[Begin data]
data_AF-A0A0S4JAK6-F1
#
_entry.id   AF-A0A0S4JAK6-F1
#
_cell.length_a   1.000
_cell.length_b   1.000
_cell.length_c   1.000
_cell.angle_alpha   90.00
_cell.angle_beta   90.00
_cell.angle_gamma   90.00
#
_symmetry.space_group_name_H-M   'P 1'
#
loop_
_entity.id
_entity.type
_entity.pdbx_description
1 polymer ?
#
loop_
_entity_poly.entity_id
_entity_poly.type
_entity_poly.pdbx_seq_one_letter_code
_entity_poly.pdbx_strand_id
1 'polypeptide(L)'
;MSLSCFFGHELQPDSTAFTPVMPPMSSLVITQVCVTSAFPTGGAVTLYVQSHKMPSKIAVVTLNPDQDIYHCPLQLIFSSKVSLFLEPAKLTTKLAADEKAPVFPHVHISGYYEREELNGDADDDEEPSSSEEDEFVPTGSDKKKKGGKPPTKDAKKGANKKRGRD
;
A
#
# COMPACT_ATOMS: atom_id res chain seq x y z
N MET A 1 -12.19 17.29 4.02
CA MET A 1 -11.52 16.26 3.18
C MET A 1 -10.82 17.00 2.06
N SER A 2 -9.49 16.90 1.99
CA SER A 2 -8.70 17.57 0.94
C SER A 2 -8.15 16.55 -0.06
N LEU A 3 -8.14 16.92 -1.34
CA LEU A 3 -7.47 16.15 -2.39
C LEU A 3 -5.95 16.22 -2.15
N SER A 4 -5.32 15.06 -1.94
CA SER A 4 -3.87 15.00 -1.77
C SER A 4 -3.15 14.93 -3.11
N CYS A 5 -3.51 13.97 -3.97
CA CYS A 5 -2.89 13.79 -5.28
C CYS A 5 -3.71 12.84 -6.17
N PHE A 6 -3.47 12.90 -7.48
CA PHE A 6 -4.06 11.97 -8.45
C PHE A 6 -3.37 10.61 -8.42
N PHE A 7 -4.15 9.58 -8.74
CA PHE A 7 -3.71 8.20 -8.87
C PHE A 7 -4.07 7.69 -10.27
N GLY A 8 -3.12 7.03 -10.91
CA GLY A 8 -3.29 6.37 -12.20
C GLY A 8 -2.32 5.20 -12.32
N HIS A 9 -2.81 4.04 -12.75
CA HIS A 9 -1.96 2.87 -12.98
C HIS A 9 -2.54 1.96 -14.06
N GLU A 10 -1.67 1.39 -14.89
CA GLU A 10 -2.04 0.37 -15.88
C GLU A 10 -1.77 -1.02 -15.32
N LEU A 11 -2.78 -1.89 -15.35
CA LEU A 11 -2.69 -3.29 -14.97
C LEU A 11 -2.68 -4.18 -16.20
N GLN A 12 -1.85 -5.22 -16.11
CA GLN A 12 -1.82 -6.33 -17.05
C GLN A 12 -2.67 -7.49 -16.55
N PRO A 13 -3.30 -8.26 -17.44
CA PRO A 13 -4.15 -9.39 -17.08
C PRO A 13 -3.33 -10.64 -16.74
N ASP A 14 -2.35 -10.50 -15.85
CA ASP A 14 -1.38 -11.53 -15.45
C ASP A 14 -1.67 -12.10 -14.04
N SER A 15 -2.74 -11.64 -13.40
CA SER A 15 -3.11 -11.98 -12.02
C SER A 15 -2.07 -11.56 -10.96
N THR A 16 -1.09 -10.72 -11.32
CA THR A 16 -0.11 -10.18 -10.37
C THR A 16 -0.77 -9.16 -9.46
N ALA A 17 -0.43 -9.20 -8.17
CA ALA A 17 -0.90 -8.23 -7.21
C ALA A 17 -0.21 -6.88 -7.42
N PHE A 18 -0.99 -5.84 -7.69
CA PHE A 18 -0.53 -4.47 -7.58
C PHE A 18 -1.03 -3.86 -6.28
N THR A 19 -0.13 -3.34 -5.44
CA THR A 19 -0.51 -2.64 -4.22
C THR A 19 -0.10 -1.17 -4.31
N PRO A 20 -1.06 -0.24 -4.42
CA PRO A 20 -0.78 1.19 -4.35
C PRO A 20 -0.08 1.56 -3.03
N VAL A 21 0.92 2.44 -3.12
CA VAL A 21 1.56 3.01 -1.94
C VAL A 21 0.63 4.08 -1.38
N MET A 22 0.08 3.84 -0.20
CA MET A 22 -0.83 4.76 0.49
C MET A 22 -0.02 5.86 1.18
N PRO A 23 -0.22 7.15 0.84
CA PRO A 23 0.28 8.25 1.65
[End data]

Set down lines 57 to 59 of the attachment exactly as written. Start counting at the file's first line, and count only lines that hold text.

C HIS A 9 -2.54 1.96 -14.06
N GLU A 10 -1.67 1.39 -14.89
CA GLU A 10 -2.04 0.37 -15.88